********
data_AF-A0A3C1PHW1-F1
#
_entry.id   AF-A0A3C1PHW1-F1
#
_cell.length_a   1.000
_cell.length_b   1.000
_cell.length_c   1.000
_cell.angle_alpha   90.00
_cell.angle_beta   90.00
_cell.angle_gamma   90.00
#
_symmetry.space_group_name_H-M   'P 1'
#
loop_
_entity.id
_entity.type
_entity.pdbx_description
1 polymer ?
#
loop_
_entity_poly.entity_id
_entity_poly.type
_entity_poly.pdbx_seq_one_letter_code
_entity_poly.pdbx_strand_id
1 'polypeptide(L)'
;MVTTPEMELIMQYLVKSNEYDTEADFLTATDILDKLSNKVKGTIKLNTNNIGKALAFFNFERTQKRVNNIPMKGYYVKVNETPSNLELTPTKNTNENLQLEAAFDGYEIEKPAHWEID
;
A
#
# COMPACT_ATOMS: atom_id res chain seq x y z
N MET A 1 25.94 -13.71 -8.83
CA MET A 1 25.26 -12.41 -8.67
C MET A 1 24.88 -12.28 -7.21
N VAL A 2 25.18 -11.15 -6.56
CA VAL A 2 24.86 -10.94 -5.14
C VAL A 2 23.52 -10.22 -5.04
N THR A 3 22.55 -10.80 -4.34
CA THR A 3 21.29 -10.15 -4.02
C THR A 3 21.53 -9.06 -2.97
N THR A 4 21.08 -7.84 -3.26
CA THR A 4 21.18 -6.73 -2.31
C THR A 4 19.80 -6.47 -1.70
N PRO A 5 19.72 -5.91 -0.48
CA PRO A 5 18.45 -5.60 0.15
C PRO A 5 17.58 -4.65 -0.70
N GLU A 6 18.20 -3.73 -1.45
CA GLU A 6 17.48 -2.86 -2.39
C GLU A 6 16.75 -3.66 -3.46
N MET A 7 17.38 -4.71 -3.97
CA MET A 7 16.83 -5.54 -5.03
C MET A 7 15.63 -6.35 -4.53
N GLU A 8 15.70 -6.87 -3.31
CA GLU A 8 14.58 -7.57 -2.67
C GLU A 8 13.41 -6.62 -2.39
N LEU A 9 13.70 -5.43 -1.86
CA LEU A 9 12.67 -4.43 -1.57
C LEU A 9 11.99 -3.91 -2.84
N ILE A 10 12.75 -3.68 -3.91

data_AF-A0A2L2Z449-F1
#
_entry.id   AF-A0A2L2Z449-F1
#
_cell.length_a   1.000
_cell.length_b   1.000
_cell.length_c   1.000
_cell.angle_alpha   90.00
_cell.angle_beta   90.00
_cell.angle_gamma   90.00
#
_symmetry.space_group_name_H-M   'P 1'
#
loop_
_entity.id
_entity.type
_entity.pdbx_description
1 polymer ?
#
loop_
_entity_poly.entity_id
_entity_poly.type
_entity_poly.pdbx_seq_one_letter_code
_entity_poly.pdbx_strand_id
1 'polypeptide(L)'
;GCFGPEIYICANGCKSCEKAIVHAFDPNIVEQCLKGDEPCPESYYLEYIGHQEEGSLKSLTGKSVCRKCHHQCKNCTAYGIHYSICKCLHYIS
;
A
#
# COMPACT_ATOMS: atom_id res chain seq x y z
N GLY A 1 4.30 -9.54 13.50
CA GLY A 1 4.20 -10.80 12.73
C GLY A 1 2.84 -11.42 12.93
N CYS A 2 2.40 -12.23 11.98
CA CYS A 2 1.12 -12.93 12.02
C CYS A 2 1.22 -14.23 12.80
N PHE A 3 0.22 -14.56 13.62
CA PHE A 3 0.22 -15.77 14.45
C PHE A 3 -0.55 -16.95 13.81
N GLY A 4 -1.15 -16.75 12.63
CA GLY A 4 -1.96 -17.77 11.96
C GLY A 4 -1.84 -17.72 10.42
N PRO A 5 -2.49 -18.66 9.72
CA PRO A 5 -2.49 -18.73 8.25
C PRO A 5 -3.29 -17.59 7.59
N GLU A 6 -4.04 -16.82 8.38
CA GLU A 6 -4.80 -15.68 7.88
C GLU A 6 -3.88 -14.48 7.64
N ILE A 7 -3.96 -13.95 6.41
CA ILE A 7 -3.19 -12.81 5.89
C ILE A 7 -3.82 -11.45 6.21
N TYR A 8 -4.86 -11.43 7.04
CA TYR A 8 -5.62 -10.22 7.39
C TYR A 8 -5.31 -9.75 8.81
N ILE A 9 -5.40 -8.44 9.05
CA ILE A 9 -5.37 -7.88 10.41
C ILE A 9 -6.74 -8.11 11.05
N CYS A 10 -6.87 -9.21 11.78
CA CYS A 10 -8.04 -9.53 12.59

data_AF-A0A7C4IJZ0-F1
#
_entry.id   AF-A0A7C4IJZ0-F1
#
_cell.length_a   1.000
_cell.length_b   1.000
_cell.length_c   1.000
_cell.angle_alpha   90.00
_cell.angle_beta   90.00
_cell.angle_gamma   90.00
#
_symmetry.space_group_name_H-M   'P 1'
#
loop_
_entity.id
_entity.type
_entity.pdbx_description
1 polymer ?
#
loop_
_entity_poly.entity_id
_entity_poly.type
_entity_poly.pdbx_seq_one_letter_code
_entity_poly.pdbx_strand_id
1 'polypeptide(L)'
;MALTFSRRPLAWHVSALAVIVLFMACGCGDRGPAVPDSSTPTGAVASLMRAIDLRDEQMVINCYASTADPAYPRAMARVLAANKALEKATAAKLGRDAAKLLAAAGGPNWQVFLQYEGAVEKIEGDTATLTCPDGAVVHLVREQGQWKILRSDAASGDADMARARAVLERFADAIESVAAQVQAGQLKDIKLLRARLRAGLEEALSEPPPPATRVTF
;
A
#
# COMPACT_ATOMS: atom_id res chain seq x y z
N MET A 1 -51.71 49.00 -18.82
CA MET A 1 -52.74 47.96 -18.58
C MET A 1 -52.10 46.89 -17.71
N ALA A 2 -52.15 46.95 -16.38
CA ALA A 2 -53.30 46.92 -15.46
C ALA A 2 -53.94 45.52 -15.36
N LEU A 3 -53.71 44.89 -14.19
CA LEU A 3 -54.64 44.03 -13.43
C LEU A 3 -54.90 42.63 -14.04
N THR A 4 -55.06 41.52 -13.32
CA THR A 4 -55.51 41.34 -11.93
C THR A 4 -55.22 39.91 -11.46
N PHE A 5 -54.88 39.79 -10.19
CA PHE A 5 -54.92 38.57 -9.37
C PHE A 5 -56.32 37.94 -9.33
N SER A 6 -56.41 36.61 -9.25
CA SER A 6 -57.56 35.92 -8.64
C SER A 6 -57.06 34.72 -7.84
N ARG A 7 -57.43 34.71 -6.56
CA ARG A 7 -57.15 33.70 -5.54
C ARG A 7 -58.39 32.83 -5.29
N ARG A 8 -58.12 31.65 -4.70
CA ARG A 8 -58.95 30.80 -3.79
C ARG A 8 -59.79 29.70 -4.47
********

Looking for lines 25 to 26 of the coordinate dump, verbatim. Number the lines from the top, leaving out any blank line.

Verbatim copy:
1 'polypeptide(L)'
;MVTTPEMELIMQYLVKSNEYDTEADFLTATDILDKLSNKVKGTIKLNTNNIGKALAFFNFERTQKRVNNIPMKGYYVKVNETPSNLELTPTKNTNENLQLEAAFDGYEIEKPAHWEID